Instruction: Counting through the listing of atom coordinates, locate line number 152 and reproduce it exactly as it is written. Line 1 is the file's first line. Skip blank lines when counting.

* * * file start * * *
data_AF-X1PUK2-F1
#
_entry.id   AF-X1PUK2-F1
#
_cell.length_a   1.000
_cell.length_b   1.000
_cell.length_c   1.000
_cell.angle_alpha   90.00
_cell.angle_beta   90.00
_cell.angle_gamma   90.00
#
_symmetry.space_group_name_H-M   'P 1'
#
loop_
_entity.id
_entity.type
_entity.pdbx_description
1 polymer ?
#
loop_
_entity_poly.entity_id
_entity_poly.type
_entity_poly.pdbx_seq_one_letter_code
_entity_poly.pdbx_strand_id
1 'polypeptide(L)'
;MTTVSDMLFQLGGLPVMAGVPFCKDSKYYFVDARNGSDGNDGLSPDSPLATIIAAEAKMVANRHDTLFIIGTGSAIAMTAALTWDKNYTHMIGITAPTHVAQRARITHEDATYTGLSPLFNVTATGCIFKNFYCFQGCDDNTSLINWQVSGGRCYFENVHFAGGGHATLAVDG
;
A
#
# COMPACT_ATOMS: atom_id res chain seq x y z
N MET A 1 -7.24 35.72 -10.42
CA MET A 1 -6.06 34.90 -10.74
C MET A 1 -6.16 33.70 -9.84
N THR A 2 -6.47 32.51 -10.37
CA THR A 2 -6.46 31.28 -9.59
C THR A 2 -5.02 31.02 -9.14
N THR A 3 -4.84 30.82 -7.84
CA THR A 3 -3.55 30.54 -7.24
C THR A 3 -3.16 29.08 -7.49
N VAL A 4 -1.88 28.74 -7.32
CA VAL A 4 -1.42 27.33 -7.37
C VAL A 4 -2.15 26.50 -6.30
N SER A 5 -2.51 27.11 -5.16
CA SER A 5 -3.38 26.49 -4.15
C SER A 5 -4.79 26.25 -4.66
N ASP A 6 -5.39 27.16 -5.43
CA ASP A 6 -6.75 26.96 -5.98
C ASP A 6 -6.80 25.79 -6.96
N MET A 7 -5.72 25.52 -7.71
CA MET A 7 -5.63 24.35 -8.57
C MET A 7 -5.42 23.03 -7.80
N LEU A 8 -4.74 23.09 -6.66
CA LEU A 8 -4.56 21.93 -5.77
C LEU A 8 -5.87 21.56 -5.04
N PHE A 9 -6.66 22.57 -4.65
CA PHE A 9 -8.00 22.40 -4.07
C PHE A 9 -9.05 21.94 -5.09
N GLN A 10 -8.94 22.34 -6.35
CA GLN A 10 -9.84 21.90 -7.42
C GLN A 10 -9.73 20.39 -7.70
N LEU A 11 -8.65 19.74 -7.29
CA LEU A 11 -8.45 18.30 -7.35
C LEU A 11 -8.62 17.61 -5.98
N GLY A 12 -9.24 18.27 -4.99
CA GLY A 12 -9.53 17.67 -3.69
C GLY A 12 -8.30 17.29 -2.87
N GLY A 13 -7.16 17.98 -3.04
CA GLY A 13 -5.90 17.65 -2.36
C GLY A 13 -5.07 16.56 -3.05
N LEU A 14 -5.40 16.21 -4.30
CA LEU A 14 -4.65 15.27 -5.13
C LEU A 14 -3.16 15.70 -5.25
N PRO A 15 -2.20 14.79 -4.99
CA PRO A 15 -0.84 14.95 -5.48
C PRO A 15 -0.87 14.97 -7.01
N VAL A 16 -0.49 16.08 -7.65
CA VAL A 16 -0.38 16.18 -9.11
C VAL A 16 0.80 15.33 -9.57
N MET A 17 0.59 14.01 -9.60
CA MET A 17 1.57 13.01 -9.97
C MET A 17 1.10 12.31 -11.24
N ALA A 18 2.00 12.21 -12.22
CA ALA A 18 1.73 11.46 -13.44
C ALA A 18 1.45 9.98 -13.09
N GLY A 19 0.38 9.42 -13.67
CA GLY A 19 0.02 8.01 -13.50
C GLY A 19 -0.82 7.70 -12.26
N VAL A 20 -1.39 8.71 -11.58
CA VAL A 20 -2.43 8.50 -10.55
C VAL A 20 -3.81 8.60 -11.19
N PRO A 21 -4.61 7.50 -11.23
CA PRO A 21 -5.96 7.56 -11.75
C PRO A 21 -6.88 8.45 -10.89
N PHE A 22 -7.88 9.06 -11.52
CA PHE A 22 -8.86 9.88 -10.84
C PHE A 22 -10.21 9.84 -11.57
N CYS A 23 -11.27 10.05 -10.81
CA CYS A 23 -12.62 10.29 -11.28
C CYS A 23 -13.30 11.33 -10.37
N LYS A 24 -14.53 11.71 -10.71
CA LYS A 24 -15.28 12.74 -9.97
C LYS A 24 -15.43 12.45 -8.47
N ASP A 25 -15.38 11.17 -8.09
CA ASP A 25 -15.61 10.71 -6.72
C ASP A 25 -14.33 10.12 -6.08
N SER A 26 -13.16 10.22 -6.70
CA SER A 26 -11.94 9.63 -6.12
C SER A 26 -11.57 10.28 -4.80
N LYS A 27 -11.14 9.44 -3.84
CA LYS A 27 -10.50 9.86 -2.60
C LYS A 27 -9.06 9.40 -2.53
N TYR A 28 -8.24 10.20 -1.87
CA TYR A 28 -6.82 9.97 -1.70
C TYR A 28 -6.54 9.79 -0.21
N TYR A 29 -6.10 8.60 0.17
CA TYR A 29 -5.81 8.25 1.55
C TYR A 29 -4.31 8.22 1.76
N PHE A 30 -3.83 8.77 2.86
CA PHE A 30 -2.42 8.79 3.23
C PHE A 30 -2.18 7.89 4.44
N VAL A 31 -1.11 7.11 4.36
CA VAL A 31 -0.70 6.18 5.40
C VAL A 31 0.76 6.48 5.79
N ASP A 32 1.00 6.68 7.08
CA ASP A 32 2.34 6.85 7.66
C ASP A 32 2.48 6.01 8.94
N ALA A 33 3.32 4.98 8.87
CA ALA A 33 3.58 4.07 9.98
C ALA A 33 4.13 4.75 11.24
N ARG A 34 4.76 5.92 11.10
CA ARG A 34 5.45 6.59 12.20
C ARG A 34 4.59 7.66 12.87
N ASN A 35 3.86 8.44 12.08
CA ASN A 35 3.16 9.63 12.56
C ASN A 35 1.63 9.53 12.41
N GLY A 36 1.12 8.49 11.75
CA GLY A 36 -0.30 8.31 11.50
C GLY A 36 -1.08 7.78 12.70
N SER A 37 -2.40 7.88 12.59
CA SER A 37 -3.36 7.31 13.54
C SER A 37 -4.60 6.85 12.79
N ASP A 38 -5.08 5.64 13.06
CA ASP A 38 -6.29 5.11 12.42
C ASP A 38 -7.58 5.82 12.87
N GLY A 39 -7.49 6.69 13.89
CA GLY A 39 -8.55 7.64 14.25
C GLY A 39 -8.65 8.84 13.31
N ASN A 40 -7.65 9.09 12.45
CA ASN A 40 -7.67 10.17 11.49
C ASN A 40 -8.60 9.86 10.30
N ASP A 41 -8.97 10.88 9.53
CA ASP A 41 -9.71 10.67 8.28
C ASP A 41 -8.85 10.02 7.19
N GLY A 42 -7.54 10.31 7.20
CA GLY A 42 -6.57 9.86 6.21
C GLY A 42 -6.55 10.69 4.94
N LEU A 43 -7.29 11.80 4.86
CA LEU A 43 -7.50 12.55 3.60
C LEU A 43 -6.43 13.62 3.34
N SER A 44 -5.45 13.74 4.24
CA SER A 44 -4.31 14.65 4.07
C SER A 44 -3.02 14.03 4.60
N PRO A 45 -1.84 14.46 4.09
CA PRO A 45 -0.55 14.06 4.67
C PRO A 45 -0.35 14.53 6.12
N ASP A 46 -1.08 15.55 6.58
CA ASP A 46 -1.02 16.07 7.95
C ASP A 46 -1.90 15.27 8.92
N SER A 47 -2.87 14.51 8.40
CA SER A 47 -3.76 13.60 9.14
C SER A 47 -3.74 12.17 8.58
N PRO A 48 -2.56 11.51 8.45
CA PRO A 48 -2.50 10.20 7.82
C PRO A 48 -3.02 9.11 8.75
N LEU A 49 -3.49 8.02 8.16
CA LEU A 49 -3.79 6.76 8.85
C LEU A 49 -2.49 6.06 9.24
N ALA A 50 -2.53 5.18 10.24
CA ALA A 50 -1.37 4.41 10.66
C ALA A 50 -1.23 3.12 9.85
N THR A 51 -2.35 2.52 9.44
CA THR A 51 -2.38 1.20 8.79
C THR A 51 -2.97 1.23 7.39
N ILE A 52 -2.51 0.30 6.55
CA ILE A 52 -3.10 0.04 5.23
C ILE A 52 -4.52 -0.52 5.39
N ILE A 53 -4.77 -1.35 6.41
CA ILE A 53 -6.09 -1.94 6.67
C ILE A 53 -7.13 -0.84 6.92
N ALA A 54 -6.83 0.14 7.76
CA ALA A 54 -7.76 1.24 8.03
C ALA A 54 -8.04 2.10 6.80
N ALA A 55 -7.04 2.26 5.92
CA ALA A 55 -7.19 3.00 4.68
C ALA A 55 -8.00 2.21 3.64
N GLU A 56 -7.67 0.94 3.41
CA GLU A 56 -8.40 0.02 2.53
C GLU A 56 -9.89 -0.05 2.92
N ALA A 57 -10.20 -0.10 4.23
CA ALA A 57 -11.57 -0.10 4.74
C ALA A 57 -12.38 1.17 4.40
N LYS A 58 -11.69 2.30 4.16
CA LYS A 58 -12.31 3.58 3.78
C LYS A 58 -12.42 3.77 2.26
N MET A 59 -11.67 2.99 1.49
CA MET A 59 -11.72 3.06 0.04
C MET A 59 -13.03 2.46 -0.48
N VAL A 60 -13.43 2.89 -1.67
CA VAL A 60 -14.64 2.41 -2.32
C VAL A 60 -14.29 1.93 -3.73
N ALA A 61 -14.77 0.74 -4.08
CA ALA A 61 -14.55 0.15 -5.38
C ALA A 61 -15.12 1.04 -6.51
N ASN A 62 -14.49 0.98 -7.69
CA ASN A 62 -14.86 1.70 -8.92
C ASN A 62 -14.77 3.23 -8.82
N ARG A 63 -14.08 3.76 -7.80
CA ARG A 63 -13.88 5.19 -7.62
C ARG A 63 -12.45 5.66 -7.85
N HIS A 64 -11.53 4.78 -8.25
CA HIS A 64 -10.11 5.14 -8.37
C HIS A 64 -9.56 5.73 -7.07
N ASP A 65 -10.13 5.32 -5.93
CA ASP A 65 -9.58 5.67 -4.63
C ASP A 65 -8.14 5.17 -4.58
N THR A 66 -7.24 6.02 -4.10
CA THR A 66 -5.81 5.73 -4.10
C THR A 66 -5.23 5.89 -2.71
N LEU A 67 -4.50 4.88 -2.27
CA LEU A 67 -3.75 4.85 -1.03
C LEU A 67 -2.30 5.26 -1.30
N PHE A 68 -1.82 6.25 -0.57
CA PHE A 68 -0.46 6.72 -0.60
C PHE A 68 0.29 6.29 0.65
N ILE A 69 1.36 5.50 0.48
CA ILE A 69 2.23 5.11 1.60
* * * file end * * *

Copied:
CA ASP A 41 -9.71 10.67 8.28